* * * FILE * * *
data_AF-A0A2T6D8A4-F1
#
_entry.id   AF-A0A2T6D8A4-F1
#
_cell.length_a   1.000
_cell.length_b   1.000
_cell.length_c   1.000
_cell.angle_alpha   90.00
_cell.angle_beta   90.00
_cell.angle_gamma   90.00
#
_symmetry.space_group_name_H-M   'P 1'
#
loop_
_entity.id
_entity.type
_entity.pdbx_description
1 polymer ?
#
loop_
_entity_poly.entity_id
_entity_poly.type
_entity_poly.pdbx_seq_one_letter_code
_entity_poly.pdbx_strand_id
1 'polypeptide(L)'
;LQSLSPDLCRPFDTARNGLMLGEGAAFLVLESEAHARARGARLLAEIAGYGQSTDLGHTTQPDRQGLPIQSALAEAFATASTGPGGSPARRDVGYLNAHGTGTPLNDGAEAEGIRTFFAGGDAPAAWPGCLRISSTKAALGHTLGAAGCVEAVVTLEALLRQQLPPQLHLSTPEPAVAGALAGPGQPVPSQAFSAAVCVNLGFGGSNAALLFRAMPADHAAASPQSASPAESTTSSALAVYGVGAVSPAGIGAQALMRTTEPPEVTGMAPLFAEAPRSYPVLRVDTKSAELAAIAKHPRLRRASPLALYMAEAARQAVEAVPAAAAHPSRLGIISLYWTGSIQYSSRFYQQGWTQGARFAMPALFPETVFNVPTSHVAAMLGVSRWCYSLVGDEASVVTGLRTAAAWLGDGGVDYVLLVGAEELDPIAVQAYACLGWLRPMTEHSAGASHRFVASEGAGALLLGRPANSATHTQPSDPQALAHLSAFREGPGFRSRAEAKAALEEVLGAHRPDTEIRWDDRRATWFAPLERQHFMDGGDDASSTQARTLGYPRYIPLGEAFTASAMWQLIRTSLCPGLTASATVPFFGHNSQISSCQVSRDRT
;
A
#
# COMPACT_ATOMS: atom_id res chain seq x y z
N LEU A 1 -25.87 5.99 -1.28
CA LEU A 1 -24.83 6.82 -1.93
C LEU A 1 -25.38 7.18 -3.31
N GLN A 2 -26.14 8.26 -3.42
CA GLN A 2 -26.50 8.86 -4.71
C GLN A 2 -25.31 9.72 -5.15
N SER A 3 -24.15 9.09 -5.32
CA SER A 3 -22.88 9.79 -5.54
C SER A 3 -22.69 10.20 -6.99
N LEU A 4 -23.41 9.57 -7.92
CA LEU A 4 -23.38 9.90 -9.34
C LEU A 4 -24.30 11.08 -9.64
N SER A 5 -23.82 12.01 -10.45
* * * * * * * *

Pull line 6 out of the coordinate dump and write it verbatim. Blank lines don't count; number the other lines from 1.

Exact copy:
_cell.length_b   1.000